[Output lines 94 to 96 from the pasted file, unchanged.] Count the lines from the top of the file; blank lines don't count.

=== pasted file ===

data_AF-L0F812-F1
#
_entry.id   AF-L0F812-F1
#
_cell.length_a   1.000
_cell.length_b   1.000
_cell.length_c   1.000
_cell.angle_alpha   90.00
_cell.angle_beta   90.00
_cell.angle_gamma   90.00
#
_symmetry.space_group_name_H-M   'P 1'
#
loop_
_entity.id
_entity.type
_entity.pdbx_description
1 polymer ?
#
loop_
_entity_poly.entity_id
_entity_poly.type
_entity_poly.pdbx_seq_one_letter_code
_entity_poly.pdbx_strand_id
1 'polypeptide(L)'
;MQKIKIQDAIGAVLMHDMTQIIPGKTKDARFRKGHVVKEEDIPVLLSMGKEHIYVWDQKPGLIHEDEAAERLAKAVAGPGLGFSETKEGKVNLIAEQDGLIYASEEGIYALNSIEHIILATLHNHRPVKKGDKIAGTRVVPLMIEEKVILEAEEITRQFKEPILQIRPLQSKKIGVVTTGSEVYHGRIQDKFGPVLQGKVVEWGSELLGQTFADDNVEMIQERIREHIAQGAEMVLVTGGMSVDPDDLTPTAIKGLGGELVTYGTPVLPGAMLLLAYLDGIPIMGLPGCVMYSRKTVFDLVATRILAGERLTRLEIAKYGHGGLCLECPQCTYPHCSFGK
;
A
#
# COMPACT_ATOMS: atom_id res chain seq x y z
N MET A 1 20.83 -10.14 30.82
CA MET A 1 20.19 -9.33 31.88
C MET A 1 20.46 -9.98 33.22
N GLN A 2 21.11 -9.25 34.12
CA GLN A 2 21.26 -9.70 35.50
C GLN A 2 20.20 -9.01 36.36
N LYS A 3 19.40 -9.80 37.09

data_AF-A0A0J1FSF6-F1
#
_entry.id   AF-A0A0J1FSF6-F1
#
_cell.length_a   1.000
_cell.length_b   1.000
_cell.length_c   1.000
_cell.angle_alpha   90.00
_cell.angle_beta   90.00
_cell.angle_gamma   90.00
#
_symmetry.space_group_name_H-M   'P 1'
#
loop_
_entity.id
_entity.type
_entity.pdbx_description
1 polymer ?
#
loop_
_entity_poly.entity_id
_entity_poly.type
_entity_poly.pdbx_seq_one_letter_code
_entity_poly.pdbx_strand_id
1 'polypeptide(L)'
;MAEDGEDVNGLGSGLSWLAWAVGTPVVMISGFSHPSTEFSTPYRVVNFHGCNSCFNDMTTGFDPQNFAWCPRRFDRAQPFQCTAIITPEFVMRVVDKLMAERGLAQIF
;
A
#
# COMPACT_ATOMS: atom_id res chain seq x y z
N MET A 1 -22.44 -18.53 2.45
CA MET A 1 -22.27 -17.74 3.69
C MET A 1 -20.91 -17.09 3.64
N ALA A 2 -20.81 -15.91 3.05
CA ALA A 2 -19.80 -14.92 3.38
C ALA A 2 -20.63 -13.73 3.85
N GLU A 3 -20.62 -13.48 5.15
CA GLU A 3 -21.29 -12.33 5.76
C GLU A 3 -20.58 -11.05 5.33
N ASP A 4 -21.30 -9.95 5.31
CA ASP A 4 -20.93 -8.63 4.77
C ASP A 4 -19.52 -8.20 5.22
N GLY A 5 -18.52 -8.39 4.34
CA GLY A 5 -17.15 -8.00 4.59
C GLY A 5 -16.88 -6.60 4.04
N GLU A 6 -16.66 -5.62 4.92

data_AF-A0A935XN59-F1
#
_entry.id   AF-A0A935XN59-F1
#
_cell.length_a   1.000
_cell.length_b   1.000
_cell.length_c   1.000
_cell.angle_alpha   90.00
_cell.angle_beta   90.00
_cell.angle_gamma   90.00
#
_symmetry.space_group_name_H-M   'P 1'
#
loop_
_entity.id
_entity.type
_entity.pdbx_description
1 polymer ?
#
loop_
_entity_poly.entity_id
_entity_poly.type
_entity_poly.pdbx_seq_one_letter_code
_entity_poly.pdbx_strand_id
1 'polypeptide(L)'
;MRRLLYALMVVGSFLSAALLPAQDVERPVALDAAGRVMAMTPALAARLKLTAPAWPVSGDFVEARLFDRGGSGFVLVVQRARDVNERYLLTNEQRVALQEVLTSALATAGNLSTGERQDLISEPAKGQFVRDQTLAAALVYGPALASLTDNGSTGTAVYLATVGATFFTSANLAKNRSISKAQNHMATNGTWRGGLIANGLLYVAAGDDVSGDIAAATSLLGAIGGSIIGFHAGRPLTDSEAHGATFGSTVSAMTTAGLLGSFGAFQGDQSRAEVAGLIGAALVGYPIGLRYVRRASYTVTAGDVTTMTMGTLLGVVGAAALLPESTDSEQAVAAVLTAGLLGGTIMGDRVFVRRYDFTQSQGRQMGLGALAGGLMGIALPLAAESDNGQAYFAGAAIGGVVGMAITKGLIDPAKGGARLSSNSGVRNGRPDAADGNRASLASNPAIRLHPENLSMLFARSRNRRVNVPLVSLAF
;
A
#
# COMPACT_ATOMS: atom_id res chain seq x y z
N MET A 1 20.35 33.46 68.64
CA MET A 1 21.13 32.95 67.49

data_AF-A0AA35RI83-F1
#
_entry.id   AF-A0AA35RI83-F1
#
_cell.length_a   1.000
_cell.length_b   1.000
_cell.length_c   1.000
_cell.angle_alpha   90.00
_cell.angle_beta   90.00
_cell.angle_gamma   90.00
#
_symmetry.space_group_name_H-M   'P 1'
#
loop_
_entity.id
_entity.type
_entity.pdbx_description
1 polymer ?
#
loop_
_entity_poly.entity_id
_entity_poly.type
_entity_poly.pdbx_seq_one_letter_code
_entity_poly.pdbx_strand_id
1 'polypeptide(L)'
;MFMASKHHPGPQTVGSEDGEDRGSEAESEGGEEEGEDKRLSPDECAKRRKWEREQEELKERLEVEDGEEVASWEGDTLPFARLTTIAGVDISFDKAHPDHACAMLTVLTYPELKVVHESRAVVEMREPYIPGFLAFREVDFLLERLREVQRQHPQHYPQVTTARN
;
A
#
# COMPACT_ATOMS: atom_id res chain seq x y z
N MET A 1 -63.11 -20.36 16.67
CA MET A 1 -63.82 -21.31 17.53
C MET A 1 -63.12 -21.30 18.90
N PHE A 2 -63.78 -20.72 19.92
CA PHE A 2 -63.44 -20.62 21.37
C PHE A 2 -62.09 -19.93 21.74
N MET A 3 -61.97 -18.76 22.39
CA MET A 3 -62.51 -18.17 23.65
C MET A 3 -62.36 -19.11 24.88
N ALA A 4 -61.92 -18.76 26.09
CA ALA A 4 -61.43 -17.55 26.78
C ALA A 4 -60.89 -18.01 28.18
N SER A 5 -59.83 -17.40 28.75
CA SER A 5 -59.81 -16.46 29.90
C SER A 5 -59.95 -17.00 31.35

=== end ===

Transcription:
#
_symmetry.space_group_name_H-M   'P 1'
#